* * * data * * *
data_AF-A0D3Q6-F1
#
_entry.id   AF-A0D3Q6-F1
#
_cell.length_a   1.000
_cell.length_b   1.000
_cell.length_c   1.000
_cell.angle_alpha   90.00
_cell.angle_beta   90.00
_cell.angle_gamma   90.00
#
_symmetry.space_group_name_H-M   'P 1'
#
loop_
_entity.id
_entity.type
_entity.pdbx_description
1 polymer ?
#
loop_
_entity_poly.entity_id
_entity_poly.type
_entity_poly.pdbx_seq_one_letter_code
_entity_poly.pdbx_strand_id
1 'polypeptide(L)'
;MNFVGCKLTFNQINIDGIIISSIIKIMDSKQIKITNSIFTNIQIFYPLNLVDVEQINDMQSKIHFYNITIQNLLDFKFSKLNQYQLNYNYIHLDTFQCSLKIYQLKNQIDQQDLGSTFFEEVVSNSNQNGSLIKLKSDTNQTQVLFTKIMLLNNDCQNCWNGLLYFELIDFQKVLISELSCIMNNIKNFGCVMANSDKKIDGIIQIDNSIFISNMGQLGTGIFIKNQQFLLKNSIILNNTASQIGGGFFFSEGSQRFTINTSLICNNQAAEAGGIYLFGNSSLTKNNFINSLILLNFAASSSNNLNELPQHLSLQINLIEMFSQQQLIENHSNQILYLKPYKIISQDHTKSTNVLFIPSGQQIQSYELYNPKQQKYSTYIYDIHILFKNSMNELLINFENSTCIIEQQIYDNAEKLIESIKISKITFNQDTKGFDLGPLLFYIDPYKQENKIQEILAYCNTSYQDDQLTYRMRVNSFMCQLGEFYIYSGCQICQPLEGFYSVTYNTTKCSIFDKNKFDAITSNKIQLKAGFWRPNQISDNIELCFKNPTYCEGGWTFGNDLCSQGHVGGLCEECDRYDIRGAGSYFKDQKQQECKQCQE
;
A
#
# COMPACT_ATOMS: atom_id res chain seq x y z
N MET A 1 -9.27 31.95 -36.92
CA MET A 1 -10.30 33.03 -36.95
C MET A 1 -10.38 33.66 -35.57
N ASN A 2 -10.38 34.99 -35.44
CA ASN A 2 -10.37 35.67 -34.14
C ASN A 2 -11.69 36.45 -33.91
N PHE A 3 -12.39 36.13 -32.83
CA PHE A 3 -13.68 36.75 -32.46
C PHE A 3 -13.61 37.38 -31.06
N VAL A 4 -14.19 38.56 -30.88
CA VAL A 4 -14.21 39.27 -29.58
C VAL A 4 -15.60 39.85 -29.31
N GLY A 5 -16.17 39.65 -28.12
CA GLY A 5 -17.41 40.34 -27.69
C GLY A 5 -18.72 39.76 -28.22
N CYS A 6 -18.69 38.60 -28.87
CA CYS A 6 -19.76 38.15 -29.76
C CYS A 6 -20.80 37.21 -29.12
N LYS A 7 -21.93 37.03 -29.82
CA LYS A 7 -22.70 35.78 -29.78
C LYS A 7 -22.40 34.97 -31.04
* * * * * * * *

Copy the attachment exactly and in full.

data_AF-A0D3Q6-F1
#
_entry.id   AF-A0D3Q6-F1
#
_cell.length_a   1.000
_cell.length_b   1.000
_cell.length_c   1.000
_cell.angle_alpha   90.00
_cell.angle_beta   90.00
_cell.angle_gamma   90.00
#
_symmetry.space_group_name_H-M   'P 1'
#
loop_
_entity.id
_entity.type
_entity.pdbx_description
1 polymer ?
#
loop_
_entity_poly.entity_id
_entity_poly.type
_entity_poly.pdbx_seq_one_letter_code
_entity_poly.pdbx_strand_id
1 'polypeptide(L)'
;MNFVGCKLTFNQINIDGIIISSIIKIMDSKQIKITNSIFTNIQIFYPLNLVDVEQINDMQSKIHFYNITIQNLLDFKFSKLNQYQLNYNYIHLDTFQCSLKIYQLKNQIDQQDLGSTFFEEVVSNSNQNGSLIKLKSDTNQTQVLFTKIMLLNNDCQNCWNGLLYFELIDFQKVLISELSCIMNNIKNFGCVMANSDKKIDGIIQIDNSIFISNMGQLGTGIFIKNQQFLLKNSIILNNTASQIGGGFFFSEGSQRFTINTSLICNNQAAEAGGIYLFGNSSLTKNNFINSLILLNFAASSSNNLNELPQHLSLQINLIEMFSQQQLIENHSNQILYLKPYKIISQDHTKSTNVLFIPSGQQIQSYELYNPKQQKYSTYIYDIHILFKNSMNELLINFENSTCIIEQQIYDNAEKLIESIKISKITFNQDTKGFDLGPLLFYIDPYKQENKIQEILAYCNTSYQDDQLTYRMRVNSFMCQLGEFYIYSGCQICQPLEGFYSVTYNTTKCSIFDKNKFDAITSNKIQLKAGFWRPNQISDNIELCFKNPTYCEGGWTFGNDLCSQGHVGGLCEECDRYDIRGAGSYFKDQKQQECKQCQE
;
A
#
# COMPACT_ATOMS: atom_id res chain seq x y z
N MET A 1 -9.27 31.95 -36.92
CA MET A 1 -10.30 33.03 -36.95
C MET A 1 -10.38 33.66 -35.57
N ASN A 2 -10.38 34.99 -35.44
CA ASN A 2 -10.37 35.67 -34.14
C ASN A 2 -11.69 36.45 -33.91
N PHE A 3 -12.39 36.13 -32.83
CA PHE A 3 -13.68 36.75 -32.46
C PHE A 3 -13.61 37.38 -31.06
N VAL A 4 -14.19 38.56 -30.88
CA VAL A 4 -14.21 39.27 -29.58
C VAL A 4 -15.60 39.85 -29.31
N GLY A 5 -16.17 39.65 -28.12
CA GLY A 5 -17.41 40.34 -27.69
C GLY A 5 -18.72 39.76 -28.22
N CYS A 6 -18.69 38.60 -28.87
CA CYS A 6 -19.76 38.15 -29.76
C CYS A 6 -20.80 37.21 -29.12
N LYS A 7 -21.93 37.03 -29.82
CA LYS A 7 -22.70 35.78 -29.78
C LYS A 7 -22.40 34.97 -31.04